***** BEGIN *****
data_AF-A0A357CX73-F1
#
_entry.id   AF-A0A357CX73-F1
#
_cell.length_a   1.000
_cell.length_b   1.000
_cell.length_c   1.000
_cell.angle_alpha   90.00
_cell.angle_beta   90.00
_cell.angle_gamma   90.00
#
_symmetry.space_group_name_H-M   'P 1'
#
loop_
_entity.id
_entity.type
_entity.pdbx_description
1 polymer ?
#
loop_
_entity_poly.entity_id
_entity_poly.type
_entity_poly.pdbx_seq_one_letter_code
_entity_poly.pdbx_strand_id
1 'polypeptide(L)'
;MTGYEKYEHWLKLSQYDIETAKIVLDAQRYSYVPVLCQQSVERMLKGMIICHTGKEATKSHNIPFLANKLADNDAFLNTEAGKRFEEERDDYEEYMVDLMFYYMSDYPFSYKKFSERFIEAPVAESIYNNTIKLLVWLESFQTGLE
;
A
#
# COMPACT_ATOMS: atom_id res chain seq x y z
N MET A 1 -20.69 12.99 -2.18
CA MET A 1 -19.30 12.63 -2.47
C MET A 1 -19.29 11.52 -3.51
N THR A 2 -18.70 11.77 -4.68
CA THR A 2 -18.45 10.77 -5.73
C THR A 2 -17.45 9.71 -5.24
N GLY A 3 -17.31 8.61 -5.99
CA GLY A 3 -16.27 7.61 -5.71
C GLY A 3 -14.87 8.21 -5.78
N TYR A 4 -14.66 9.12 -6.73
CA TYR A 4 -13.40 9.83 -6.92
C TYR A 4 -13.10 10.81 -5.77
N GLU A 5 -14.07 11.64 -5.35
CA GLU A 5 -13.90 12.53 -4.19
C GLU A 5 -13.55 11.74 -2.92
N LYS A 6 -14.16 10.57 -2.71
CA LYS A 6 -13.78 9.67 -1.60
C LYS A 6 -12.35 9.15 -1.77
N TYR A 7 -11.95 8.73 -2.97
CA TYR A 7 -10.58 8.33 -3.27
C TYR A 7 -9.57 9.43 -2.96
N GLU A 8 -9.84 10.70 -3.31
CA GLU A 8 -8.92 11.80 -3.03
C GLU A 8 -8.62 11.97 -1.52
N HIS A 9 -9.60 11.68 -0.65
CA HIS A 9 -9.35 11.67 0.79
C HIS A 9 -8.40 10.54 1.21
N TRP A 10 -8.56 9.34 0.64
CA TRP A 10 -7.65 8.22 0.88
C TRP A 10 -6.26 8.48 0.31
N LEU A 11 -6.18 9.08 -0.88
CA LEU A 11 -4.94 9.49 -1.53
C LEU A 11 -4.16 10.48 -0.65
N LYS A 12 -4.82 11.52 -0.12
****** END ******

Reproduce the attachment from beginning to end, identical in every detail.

data_AF-A0A357CX73-F1
#
_entry.id   AF-A0A357CX73-F1
#
_cell.length_a   1.000
_cell.length_b   1.000
_cell.length_c   1.000
_cell.angle_alpha   90.00
_cell.angle_beta   90.00
_cell.angle_gamma   90.00
#
_symmetry.space_group_name_H-M   'P 1'
#
loop_
_entity.id
_entity.type
_entity.pdbx_description
1 polymer ?
#
loop_
_entity_poly.entity_id
_entity_poly.type
_entity_poly.pdbx_seq_one_letter_code
_entity_poly.pdbx_strand_id
1 'polypeptide(L)'
;MTGYEKYEHWLKLSQYDIETAKIVLDAQRYSYVPVLCQQSVERMLKGMIICHTGKEATKSHNIPFLANKLADNDAFLNTEAGKRFEEERDDYEEYMVDLMFYYMSDYPFSYKKFSERFIEAPVAESIYNNTIKLLVWLESFQTGLE
;
A
#
# COMPACT_ATOMS: atom_id res chain seq x y z
N MET A 1 -20.69 12.99 -2.18
CA MET A 1 -19.30 12.63 -2.47
C MET A 1 -19.29 11.52 -3.51
N THR A 2 -18.70 11.77 -4.68
CA THR A 2 -18.45 10.77 -5.73
C THR A 2 -17.45 9.71 -5.24
N GLY A 3 -17.31 8.61 -5.99
CA GLY A 3 -16.27 7.61 -5.71
C GLY A 3 -14.87 8.21 -5.78
N TYR A 4 -14.66 9.12 -6.73
CA TYR A 4 -13.40 9.83 -6.92
C TYR A 4 -13.10 10.81 -5.77
N GLU A 5 -14.07 11.64 -5.35
CA GLU A 5 -13.90 12.53 -4.19
C GLU A 5 -13.55 11.74 -2.92
N LYS A 6 -14.16 10.57 -2.71
CA LYS A 6 -13.78 9.67 -1.60
C LYS A 6 -12.35 9.15 -1.77
N TYR A 7 -11.95 8.73 -2.97
CA TYR A 7 -10.58 8.33 -3.27
C TYR A 7 -9.57 9.43 -2.96
N GLU A 8 -9.84 10.70 -3.31
CA GLU A 8 -8.92 11.80 -3.03
C GLU A 8 -8.62 11.97 -1.52
N HIS A 9 -9.60 11.68 -0.65
CA HIS A 9 -9.35 11.67 0.79
C HIS A 9 -8.40 10.54 1.21
N TRP A 10 -8.56 9.34 0.64
CA TRP A 10 -7.65 8.22 0.88
C TRP A 10 -6.26 8.48 0.31
N LEU A 11 -6.18 9.08 -0.88
CA LEU A 11 -4.94 9.49 -1.53
C LEU A 11 -4.16 10.48 -0.65
N LYS A 12 -4.82 11.52 -0.12